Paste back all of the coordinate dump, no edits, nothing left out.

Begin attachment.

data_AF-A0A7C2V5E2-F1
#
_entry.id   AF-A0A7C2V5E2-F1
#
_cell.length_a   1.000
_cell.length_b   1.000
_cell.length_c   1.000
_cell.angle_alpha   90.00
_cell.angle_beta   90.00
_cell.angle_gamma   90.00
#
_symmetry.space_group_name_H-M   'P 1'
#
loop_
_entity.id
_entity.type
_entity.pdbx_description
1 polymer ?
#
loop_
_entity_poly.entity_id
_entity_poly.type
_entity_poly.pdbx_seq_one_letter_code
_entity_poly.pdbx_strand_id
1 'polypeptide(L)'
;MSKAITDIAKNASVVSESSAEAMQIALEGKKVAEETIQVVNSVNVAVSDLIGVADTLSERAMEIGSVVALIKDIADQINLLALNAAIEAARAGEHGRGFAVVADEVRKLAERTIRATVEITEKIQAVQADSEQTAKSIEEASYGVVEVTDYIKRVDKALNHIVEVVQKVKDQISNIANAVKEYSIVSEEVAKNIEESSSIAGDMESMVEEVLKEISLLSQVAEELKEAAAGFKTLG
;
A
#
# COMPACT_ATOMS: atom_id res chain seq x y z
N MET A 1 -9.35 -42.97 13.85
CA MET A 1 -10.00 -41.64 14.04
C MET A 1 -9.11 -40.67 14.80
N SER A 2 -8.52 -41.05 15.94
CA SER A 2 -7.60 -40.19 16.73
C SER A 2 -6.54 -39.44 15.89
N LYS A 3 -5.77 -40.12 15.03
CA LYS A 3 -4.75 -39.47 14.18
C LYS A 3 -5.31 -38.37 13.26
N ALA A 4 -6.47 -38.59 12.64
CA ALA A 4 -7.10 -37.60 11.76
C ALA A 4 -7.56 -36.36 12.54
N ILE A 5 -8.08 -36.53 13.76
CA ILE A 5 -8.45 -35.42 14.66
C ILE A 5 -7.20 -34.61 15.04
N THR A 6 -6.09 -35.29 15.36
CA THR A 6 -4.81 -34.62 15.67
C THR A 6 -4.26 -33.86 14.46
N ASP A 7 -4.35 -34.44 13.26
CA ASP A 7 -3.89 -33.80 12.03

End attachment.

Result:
data_AF-A0A7C2V5E2-F1
#
_entry.id   AF-A0A7C2V5E2-F1
#
_cell.length_a   1.000
_cell.length_b   1.000
_cell.length_c   1.000
_cell.angle_alpha   90.00
_cell.angle_beta   90.00
_cell.angle_gamma   90.00
#
_symmetry.space_group_name_H-M   'P 1'
#
loop_
_entity.id
_entity.type
_entity.pdbx_description
1 polymer ?
#
loop_
_entity_poly.entity_id
_entity_poly.type
_entity_poly.pdbx_seq_one_letter_code
_entity_poly.pdbx_strand_id
1 'polypeptide(L)'
;MSKAITDIAKNASVVSESSAEAMQIALEGKKVAEETIQVVNSVNVAVSDLIGVADTLSERAMEIGSVVALIKDIADQINLLALNAAIEAARAGEHGRGFAVVADEVRKLAERTIRATVEITEKIQAVQADSEQTAKSIEEASYGVVEVTDYIKRVDKALNHIVEVVQKVKDQISNIANAVKEYSIVSEEVAKNIEESSSIAGDMESMVEEVLKEISLLSQVAEELKEAAAGFKTLG
;
A
#
# COMPACT_ATOMS: atom_id res chain seq x y z
N MET A 1 -9.35 -42.97 13.85
CA MET A 1 -10.00 -41.64 14.04
C MET A 1 -9.11 -40.67 14.80
N SER A 2 -8.52 -41.05 15.94
CA SER A 2 -7.60 -40.19 16.73
C SER A 2 -6.54 -39.44 15.89
N LYS A 3 -5.77 -40.12 15.03
CA LYS A 3 -4.75 -39.47 14.18
C LYS A 3 -5.31 -38.37 13.26
N ALA A 4 -6.47 -38.59 12.64
CA ALA A 4 -7.10 -37.60 11.76
C ALA A 4 -7.56 -36.36 12.54
N ILE A 5 -8.08 -36.53 13.76
CA ILE A 5 -8.45 -35.42 14.66
C ILE A 5 -7.20 -34.61 15.04
N THR A 6 -6.09 -35.29 15.36
CA THR A 6 -4.81 -34.62 15.67
C THR A 6 -4.26 -33.86 14.46
N ASP A 7 -4.35 -34.44 13.26
CA ASP A 7 -3.89 -33.80 12.03